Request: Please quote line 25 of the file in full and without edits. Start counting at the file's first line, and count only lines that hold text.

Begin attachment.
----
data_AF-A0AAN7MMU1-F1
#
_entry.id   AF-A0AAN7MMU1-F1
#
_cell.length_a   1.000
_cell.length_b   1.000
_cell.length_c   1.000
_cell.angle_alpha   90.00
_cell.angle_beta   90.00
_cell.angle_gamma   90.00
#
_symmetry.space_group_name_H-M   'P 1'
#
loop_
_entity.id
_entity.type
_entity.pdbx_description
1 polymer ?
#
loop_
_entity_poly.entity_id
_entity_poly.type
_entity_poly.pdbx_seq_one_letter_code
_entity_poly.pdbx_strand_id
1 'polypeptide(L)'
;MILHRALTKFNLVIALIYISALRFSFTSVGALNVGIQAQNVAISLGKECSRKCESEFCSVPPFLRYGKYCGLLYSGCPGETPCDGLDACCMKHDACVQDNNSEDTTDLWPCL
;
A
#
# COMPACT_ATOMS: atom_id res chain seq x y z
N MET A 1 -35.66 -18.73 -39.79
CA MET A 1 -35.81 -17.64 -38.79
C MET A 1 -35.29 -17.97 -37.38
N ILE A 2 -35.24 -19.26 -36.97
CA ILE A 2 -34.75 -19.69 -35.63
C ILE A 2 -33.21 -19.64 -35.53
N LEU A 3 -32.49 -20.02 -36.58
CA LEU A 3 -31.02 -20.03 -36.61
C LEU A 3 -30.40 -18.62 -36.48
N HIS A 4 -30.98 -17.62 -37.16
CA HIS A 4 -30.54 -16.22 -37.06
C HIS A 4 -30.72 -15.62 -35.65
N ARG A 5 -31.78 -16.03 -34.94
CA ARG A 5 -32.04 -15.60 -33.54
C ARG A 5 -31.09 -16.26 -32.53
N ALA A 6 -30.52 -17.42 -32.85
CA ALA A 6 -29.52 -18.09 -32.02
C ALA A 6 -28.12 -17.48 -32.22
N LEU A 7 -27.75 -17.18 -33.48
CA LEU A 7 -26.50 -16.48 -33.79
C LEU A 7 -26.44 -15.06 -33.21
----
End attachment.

1 'polypeptide(L)'